Another common barrier is the lack of trust between academic and government organisations as well as within the government. In Hungary for example, a series of media scandals on the abuse of personal data by public officials during the 1990s increased public mistrust of how the government uses information about citizens, and generated fears within the public sector about the potential implications of using individual-level data. Data owners are also often concerned about losing their monopoly on publishing (or selling) their data or that external users may discover some shortcomings in data quality. Stakeholders may also doubt the need for improving access if they are unaware of new developments in statistical methods and the potential in using individual-level data.
Lastly, the relatively low efficiency of governance can play a role, as it implies that governments rarely commission proper (i.e. scientifically reliable) impact evaluations on their policies. Limited media attention or over-simplified public discourse on government accountability can further reduce demand for sophisticated analysis.
There are some promising new developments however Some CEE countries are beginning to respond to internal demand or the EU directives. A new source of motivation has come from DG Employment of the EU Commission, which has recently introduced a rule that bidders to European Structural Funds should commit to producing at least one evaluation based on microdata and using counterfactual methods.
Open data initiatives have accelerated in Croatia, the Czech Republic, Slovakia and Slovenia. Though these mainly focus on aggregate data, they can be an important first step in building a user community. Poland has established a Ministry of Digitisation that promotes the secondary use of admin data. Poland also regularly uses social insurance data to track the labour market career of university graduates as well as registered unemployment data to evaluate active labour market policies. Hungary has had an edge so far by adopting Act 101 in 2007, which eliminated the main barrier in the preceding legislation by establishing a legal basis for data owners to process personal data for the purposes of anonymisation. This has allowed significant progress in linking administrative databases and developing a databank at the Institute of Economics of HAS, available to researchers.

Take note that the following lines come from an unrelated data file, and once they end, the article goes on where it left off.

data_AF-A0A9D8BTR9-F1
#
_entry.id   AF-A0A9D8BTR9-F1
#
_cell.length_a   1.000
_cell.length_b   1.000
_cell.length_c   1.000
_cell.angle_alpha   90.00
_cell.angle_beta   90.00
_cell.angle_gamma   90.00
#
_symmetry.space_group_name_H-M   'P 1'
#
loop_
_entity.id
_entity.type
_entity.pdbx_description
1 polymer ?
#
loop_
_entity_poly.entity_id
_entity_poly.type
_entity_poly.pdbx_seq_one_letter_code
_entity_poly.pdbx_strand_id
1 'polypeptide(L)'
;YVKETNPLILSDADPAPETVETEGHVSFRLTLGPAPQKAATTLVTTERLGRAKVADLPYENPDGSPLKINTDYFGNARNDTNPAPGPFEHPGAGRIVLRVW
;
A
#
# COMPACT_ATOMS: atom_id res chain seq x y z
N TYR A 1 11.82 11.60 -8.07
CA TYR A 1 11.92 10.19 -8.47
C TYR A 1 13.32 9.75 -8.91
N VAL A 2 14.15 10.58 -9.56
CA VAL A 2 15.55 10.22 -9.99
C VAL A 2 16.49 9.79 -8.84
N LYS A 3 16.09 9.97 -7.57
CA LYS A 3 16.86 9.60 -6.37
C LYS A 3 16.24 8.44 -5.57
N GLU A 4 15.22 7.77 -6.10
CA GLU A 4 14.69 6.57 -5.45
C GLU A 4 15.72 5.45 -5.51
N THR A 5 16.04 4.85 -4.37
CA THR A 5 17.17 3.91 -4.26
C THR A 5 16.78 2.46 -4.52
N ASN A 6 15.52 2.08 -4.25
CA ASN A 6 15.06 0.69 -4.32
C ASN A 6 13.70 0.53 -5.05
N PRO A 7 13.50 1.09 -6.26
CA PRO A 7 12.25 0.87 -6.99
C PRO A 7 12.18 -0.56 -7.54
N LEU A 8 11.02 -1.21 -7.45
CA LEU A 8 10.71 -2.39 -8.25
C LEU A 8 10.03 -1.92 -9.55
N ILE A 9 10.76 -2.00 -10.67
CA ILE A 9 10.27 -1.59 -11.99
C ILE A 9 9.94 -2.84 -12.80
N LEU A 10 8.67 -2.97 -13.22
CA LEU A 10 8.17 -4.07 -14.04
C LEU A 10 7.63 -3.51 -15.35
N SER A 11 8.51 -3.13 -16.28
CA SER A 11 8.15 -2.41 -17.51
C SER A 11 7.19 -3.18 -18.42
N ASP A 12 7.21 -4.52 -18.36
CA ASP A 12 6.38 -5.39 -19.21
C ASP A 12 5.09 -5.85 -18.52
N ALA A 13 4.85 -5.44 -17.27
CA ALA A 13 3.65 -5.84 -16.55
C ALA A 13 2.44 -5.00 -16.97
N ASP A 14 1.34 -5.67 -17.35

Researchers can contribute to these positive developments in several ways They can increase public awareness and understanding of the value of research based on administrative data by presenting results in an eye-catching and easy-to-understand, accessible way. Such efforts can be more successful if researchers engage with journalists and cooperate with each other in managing media relations. Researchers should also be more active in giving feedback on policy evaluations produced by the government: praising any attempt to commission external evaluations but highlighting possible weaknesses where the evaluation method was inadequate. Joint efforts to introduce courses in evaluation methods into the curricula of public administration training programmes would also help. These steps can help build up trust and understanding among stakeholders and prepare the ground for initiating changes in the legal framework. In the meantime, the research community needs to engage with other stakeholders in monitoring the adoption of the new EU personal data protection regulation to ensure that research and policy evaluation is endorsed as a legitimate cause for processing,archiving, and analyzing sensitive data.
These lessons emerged from discussions at a workshop held in Budapest on 21-22 September 2017. Participants came from the Visegrad countries, Albania, Bosnia-Herzegovina, Croatia, Romania, Serbia and Slovenia. The workshop was hosted by the Hungarian Society of Economists, supported by the Visegrad Fund and organised in cooperation with the Budapest Institute, CELSI, CERGE-EI and IBS.